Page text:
| Back at the station he jumped on the next train to Davis and finally relaxed into a seat. He realized his heart was pounding. His instincts about this guy were right and he still didn’t want to have a mano-a-mano conflict with the dude. God knows what he would pull out of one of those boots. A little shiver went down Danny’s spine. He wasn’t sure if it was excitement or fear. Ah, well, let’s get us home. |
Next morning, he was in the watch commander’s office getting chewed out.
“You did what! When, while on duty! Tell me you are kidding me.”
Roosevelt, the watch commander, an overweight middle-aged man of about fifty was getting progressively redder and redder in the face.
“What would make you even contemplate doing such a stupid thing?” he demanded.
Danny put his hands up in an imploring manner. “He has been riding this same train for months and never seems to have the usual stuff with him that most people carry, and he always gets off at the same stop.”
“He doesn’t carry the usual stuff, the usual stuff!” Commander Roosevelt was speechless. “Well, maybe we can match him up with my wife someday. She carries enough stuff for three people!”
Daniel Davies sat quietly; his hands folded in his lap. He had given his report of what he had found and the suspicions he had been having for some time. It was up to the commander now. The train company had been transporting this guy back and forth to his drug drop now for several months.
“You know what you are like, Davis?” the commander asked belligerently.
“You are like that ball of lint under my bed that keeps rolling around and collects other pieces of lint and keeps getting bigger and bigger.”
“That and a royal pain in my ass, is what you are.” The commander clutched his coffee cup so hard Danny was afraid he was going to break it. The man sat there in a brown study for several minutes.
“Ok, this is what we will do,” he finally spoke. “You will call the LAPD and get hold of the drug division and get hold of a detective, someone with some authority. Got me?” he said with hostility. “You will make your report to them and then ask them what it is they want us to do. Thereafter, I want you to fill out your incident report. Then report to me with their recommendations, and I want it back on my desk by morning, am I clear?” “Absolutely, sir,” Danny replied.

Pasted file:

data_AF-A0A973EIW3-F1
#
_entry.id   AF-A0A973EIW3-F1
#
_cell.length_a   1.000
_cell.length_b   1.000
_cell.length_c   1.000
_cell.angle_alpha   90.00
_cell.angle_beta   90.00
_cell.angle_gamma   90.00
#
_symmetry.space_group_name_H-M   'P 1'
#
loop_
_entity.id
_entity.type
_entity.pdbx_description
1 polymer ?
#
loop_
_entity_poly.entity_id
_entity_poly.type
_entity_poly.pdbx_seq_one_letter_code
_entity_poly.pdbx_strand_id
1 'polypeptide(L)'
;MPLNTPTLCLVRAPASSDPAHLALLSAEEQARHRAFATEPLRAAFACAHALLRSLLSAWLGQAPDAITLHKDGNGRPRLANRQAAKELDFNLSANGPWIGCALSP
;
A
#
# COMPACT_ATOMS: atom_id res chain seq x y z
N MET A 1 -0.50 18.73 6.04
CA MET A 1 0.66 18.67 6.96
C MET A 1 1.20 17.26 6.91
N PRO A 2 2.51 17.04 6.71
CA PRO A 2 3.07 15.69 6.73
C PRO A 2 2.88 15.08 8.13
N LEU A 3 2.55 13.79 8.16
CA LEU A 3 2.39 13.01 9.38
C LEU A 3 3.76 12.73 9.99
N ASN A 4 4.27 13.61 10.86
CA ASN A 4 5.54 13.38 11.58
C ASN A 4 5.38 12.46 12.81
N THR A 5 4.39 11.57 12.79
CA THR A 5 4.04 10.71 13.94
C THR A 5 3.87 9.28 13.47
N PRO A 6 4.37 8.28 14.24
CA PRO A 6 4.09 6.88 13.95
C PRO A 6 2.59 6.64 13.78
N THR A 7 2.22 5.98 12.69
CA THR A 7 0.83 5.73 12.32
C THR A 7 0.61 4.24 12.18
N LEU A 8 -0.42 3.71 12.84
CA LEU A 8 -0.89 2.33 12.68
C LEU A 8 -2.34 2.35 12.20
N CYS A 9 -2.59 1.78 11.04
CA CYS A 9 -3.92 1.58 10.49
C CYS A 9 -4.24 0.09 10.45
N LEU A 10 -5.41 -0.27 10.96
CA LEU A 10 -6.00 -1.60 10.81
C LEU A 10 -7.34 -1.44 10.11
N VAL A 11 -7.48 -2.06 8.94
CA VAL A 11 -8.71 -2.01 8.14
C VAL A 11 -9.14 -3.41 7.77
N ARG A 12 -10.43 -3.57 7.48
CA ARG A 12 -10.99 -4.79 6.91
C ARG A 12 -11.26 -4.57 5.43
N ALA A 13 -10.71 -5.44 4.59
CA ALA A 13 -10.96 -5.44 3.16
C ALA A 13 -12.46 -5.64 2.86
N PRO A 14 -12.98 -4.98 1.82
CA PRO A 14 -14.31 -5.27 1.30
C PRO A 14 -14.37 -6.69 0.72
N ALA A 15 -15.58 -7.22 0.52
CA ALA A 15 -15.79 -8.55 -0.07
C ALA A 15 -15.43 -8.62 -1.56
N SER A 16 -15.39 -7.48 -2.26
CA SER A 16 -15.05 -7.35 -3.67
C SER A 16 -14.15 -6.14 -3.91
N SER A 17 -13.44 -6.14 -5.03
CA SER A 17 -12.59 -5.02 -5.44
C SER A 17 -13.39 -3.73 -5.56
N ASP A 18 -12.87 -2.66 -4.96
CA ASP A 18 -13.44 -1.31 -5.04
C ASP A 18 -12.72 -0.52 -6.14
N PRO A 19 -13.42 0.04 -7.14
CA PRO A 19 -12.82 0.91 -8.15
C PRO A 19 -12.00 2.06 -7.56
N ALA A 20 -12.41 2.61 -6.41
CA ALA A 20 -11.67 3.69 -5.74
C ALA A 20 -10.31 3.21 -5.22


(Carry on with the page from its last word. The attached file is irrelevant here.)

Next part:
“And don’t go off doing anything else dumb on company time because I am the one who will have to fill out the report and I hate filling out reports. !”
“Right sir.” Danny grabbed his cap and practically backed out of the room into the door which the secretary had opened.
“And what’s wrong with you?” she wanted to know. Danny didn’t answer and kept going. #
Danny made his report to LAPD and was assigned to Detective Sergeant Terrence Dillon.
“So, did you actually see this guy, you made eye contact with him yourself?” Dillon wanted to know.
“Yep, several times. He would end up in my train cars somehow over and over again and then always get off at the Sacramento station.”
“So, you called me, why?” was Dillon’s question.
“The seat designation indicates he got onboard at the Los Angeles train depot and that is your area.”
“True,” Dillon replied. Danny didn’t mention the news conference he had seen on the TV the week before.
“You know his name?”
“No, I don’t but I know how we can get it.”
“I’m listening,” the detective said.
Danny told him the plan.
“You think you can do this without making him suspicious? I don’t want any dead conductors on my case.”
“I think so,” Danny told him of the surveillance projects he had done in the Navy. The detective seemed impressed.
The next day, Danny had his report done and typed up and on the commander’s desk. Roosevelt came in with his first cup of coffee and scowled but said nothing and said down heavily in his swivel chair. He picked up the report and read and Danny sat and waited.
“Ok, so this is what he wants you to do right?”
“That is it, get the guy’s name.”
“Damn it, Davies,” the commander huffed. “Can you do this without getting into any fights with this guy?”
“Absolutely sir, no problem,” Danny’s arms were folded over his chest. He nodded to his boss.
“I don’t like it but take Franklin to be your backup man and no cowboy stuff, right?”
“Right sir, no cowboys, just a little info and that’s it.”
The commander huffed, and wiped the coffee from his walrus style mustache.
“Call me as soon as you get it.”
“Will do, sir.”
Danny got hold of the Frump and gave him the skinny on operation Teardrop.
“No kid,” Franklin looked amazed. “Cocaine?”
Danny confirmed it.
“Wow, drugs on the train. I never.”
“Anyway, Franklin, you understand what we are going to do right?”
Frumpy gulped, “Got it. We will be on the lookout for Tear Drop and if he is not in your car, I or another conductor will call you on the walkie-talkie and you will come and punch the tickets for the car where he is sitting.”
“Right,” said Danny. “Don’t bother talking to him or trying to engage with him or he will get suspicious and jump the train.”